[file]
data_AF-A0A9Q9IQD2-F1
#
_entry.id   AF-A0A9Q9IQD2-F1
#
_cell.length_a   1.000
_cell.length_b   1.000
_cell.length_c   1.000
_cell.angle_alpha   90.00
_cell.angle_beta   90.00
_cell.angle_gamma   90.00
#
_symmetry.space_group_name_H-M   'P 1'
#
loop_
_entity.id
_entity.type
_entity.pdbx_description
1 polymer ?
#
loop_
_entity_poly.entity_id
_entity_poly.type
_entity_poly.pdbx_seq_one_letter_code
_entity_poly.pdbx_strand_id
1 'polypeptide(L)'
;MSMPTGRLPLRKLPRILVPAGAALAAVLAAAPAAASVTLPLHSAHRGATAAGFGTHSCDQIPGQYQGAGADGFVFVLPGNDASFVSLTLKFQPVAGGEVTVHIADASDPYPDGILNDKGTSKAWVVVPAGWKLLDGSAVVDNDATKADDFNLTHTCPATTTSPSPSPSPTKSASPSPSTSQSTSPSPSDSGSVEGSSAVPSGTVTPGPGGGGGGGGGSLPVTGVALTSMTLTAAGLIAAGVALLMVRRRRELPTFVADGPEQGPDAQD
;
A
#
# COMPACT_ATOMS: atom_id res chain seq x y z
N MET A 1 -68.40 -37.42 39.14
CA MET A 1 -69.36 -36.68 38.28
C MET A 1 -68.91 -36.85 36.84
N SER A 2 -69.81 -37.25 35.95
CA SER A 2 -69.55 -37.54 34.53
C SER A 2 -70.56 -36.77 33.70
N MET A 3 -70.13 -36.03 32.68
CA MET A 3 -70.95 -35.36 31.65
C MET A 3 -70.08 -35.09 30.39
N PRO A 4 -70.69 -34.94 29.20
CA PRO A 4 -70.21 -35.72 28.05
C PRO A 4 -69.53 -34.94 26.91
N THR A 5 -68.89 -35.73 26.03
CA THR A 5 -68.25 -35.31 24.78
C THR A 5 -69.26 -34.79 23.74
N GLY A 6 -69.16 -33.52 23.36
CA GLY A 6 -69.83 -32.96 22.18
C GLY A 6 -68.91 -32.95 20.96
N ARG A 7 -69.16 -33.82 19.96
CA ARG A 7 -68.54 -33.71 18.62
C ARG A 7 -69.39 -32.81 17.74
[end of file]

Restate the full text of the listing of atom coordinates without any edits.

data_AF-A0A9Q9IQD2-F1
#
_entry.id   AF-A0A9Q9IQD2-F1
#
_cell.length_a   1.000
_cell.length_b   1.000
_cell.length_c   1.000
_cell.angle_alpha   90.00
_cell.angle_beta   90.00
_cell.angle_gamma   90.00
#
_symmetry.space_group_name_H-M   'P 1'
#
loop_
_entity.id
_entity.type
_entity.pdbx_description
1 polymer ?
#
loop_
_entity_poly.entity_id
_entity_poly.type
_entity_poly.pdbx_seq_one_letter_code
_entity_poly.pdbx_strand_id
1 'polypeptide(L)'
;MSMPTGRLPLRKLPRILVPAGAALAAVLAAAPAAASVTLPLHSAHRGATAAGFGTHSCDQIPGQYQGAGADGFVFVLPGNDASFVSLTLKFQPVAGGEVTVHIADASDPYPDGILNDKGTSKAWVVVPAGWKLLDGSAVVDNDATKADDFNLTHTCPATTTSPSPSPSPTKSASPSPSTSQSTSPSPSDSGSVEGSSAVPSGTVTPGPGGGGGGGGGSLPVTGVALTSMTLTAAGLIAAGVALLMVRRRRELPTFVADGPEQGPDAQD
;
A
#
# COMPACT_ATOMS: atom_id res chain seq x y z
N MET A 1 -68.40 -37.42 39.14
CA MET A 1 -69.36 -36.68 38.28
C MET A 1 -68.91 -36.85 36.84
N SER A 2 -69.81 -37.25 35.95
CA SER A 2 -69.55 -37.54 34.53
C SER A 2 -70.56 -36.77 33.70
N MET A 3 -70.13 -36.03 32.68
CA MET A 3 -70.95 -35.36 31.65
C MET A 3 -70.08 -35.09 30.39
N PRO A 4 -70.69 -34.94 29.20
CA PRO A 4 -70.21 -35.72 28.05
C PRO A 4 -69.53 -34.94 26.91
N THR A 5 -68.89 -35.73 26.03
CA THR A 5 -68.25 -35.31 24.78
C THR A 5 -69.26 -34.79 23.74
N GLY A 6 -69.16 -33.52 23.36
CA GLY A 6 -69.83 -32.96 22.18
C GLY A 6 -68.91 -32.95 20.96
N ARG A 7 -69.16 -33.82 19.96
CA ARG A 7 -68.54 -33.71 18.62
C ARG A 7 -69.39 -32.81 17.74